There are a variety of non-slip shoes that you can wear – you can see some by clicking here.

When I was practicing OT – I treated literally hundreds of patients who had suffered either a broken bone or a severe head injury simply because they were walking around their home without shoes and only wearing socks or stockings!

They slipped and fell and that was that. Surgery, months of rehab (if they could even get to Rehab) and then many more months of home health. A good percentage of those elderly adults never returned to independent living.

Organize The Home And Remove Clutter

It’s been my experience (not just with patients but with family as well) that seniors tend to have too many items in their homes and often have furniture that is too large for the spaces they are in.

Both of these tendencies lead to a decreased amount of space for walking which leads to an increased risk for falling.

This becomes even more of a problem if your senior loved one is walking using a cane, quad cane or walker.

As difficult as it may be, my tip to you is to work with your elderly parent or loved one to declutter the living spaces as much as possible. In the long run, the loss of a few items in the house is worth it to keep them safer and healthier.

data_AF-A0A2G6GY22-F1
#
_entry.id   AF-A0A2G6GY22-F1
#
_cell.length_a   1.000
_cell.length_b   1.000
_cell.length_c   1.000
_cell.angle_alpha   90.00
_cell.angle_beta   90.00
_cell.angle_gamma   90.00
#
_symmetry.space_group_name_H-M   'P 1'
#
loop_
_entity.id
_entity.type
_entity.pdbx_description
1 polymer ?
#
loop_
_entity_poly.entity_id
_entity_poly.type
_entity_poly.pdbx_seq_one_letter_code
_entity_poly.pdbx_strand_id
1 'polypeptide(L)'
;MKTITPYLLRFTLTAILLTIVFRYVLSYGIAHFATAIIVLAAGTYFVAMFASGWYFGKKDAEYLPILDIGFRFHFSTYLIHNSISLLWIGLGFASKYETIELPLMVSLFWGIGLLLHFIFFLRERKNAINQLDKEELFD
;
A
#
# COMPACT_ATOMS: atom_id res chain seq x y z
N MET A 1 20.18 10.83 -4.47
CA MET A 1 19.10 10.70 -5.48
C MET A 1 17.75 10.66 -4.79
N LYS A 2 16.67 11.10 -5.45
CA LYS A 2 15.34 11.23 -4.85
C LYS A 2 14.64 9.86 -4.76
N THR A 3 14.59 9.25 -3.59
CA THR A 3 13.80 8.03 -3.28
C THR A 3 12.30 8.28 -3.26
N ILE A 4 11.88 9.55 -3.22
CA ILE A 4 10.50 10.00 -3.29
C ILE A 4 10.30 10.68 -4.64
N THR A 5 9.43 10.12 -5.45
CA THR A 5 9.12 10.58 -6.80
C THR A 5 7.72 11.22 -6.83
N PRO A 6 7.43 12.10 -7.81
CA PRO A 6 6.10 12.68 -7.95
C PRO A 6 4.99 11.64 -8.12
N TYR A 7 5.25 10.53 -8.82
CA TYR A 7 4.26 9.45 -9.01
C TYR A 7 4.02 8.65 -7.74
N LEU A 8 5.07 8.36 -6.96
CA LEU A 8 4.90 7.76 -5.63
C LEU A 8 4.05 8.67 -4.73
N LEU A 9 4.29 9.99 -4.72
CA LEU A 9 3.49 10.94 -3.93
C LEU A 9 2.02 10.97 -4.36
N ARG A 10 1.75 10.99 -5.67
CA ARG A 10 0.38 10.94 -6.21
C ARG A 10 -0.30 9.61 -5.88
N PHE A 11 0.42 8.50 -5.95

Another factor involving organization is the placement of items used daily.

Keeping these items at easy reach is an often overlooked tip on minimizing fall risks. And I’m not talking about just keeping the remote control near the recliner.

Following are some tips on how organizing can help to reduce fall risks:

  • Keep kitchen items like glasses, dishes, pots and pans, etc. within easy reach so that the elderly person does not have to reach over the height of their shoulder or under reach below the height of their hip.
  • Keep items in the closet within easy reach as well. Lower hanging racks if needed. Removing excess clothing is extremely important. A closet organizer system like the John Louis Home from Amazon pictured here can be customized to fit the height and needs of your senior loved one and their closet.
  • Any items on a bedside nightstand should be easily accessible. Falls often occur when someone is over reaching or twisting to reach for something from the bed.
  • The use of Alexa or Google Home to turn on and off lights is helpful as well. I know my 98 year old mother-in-law loves her Alexa.  She doesn’t have to let go of her walker to turn on the light when she enters a room, she just asks Alexa to do it. She doesn’t have to reach up towards the light from her bed to turn it off, she just asks Alexa to do it.
  • Declutter the spaces in the home. Removing obstacles that anyone can trip over or bump into is extremely important.
  • Removing rugs is also a very easy thing to do (although in my experience, most elderly seem to keep a large collection of rugs scattered throughout the home and removing them can trigger an argument!).
  • “Keep flashlights throughout your home in case there is ever a power outage, but keep the batteries in a zip lock bag near the flashlight. Keeping the batteries out of the flashlight when not in use will prevent any corrosion from occurring.” – 1stclassmed.com

Use Safety Devices